As autumn slides into winter every year, many birds in Europe and Asia pack up and fly south to bask in the tropical African sunshine. When spring rolls around, they return to the temperate Palearctic zone to mate and raise their offspring. Researchers wanted to know why these long-distance fliers do not get travelers’ flu.

“When we go abroad on holiday, we need all sorts of vaccinations,” says Emily O’Connor, an ecologist at Lund University in Sweden. “But birds don’t have the option of pharmaceutical protection. It puzzled us: How is it they can cope so well with something so difficult for us to cope with?”

To find out, O’Connor and her colleagues classified more than 1,300 songbird species as migratory, sedentary African or sedentary Palearctic—an example of the last is the meadow pipit (shown). They then trapped wild birds from a representative subset of 32 species, taking blood samples for genetic analysis. The researchers were looking for genes that encode a class of immune system proteins called MHC-I, which are involved in recognizing pathogens. The greater the number of such genes, the more kinds of invaders an animal’s immune system can detect, O’Connor says.

By this measure, sedentary African birds had the most robust immune systems. Because most Palearctic birds first evolved in the tropics and later spread northward, the researchers suspect these species developed less MHC-I diversity. The results were published in May in Nature Ecology & Evolution.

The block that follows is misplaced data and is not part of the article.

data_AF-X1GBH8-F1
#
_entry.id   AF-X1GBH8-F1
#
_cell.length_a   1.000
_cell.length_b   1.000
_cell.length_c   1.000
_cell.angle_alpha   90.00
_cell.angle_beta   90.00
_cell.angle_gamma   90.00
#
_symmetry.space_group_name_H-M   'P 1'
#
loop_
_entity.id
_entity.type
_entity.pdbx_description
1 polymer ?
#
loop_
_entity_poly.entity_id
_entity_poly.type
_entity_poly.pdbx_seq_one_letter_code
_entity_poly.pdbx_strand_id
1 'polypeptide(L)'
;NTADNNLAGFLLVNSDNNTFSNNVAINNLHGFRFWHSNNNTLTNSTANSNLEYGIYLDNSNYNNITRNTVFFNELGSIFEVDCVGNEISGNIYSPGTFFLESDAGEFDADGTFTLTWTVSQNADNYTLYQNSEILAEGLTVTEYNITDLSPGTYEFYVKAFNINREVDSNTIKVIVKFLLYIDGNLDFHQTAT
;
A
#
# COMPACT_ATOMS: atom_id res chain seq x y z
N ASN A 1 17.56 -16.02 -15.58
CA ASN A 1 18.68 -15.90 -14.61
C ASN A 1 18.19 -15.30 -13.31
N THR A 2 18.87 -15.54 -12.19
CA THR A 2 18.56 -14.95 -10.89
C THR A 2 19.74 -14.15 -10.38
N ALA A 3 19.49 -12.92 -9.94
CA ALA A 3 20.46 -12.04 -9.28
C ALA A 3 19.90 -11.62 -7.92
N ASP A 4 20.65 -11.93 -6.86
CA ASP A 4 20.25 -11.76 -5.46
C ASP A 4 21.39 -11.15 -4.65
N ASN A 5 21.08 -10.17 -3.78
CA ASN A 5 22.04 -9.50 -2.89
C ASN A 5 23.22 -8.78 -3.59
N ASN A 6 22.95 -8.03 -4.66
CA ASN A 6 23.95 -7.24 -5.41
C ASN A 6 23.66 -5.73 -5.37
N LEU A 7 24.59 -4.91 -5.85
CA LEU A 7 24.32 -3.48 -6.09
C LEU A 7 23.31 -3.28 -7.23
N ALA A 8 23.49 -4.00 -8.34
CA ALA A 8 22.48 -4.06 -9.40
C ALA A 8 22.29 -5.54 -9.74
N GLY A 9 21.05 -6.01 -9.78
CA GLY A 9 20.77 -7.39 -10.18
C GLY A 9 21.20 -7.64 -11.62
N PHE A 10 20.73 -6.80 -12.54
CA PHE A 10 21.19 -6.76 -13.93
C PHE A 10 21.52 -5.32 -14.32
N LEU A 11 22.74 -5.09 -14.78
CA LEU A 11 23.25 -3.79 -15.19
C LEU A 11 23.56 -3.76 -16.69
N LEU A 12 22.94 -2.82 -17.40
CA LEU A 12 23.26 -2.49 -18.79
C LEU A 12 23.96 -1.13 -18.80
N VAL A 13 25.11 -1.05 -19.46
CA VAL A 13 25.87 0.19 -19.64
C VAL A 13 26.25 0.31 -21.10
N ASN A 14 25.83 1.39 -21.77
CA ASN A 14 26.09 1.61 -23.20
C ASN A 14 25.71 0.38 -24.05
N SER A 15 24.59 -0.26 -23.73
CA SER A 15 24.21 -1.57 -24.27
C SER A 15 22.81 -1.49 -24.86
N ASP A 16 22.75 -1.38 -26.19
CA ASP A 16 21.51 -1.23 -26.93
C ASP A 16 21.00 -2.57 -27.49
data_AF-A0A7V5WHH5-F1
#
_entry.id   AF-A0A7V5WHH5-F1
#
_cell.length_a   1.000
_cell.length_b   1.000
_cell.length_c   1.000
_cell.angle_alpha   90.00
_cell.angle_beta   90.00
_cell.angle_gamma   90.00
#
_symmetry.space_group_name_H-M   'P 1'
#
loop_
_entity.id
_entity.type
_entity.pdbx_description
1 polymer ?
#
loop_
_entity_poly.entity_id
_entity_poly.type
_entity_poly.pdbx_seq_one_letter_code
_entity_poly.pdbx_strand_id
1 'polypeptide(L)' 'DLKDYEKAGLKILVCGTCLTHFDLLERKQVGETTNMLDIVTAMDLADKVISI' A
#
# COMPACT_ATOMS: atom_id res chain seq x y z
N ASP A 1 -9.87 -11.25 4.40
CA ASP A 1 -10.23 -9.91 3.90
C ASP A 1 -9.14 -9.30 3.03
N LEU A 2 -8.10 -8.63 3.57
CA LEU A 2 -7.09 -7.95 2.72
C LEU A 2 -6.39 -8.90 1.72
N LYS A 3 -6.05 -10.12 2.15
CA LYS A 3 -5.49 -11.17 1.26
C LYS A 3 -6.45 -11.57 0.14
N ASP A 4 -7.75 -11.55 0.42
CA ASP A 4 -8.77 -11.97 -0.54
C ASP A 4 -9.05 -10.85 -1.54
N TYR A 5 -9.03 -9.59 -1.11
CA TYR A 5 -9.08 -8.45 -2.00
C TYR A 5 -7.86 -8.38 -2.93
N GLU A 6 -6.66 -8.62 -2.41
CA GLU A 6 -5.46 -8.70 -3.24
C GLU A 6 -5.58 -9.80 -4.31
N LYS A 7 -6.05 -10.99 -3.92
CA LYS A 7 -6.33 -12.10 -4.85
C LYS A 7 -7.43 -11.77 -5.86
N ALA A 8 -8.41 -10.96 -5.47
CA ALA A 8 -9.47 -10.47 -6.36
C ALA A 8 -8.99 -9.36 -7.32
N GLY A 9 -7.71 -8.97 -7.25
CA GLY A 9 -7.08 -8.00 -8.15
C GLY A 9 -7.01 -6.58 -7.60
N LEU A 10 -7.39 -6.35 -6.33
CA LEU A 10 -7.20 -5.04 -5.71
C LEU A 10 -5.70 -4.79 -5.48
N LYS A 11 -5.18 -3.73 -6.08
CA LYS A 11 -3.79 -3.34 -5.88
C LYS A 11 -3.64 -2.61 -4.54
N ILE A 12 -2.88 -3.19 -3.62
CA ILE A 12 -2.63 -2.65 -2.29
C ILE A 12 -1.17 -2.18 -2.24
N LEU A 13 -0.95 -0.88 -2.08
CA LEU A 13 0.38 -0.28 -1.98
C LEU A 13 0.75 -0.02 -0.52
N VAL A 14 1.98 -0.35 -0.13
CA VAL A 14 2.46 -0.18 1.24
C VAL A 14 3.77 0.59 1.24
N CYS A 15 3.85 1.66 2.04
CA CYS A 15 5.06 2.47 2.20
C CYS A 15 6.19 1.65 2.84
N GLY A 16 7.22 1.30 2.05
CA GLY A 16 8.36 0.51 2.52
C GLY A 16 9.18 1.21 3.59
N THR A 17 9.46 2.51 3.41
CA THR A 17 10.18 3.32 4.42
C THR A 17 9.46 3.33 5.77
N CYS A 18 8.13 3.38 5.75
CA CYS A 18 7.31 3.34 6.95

“Migratory birds, because of the lifestyles they have, have to deal with two separate sets of pathogens,” O’Connor says. “I was expecting them to have the highest gene diversity of all the groups, so I was really surprised to find it was really similar to [that of] the European birds.”

Young birds are most susceptible to pathogens just after hatching, and the stress of reproduction makes their parents more likely to get sick then, too. For both reasons, O’Connor suspects that evolution may have pushed migratory species to favor genes associated with resistance to pathogens common in the north, where they are born, at the expense of those that protect against tropical germs.

Alternatively, migratory species may have invested in other forms of immunity that are not pathogen-specific, says University of Exeter evolutionary biologist Camille Bonneaud, who was not involved in the study. “We now need to further explore whether migratory species invest less in fighting pathogens,” Bonneaud says, and “more in other types of immune processes.”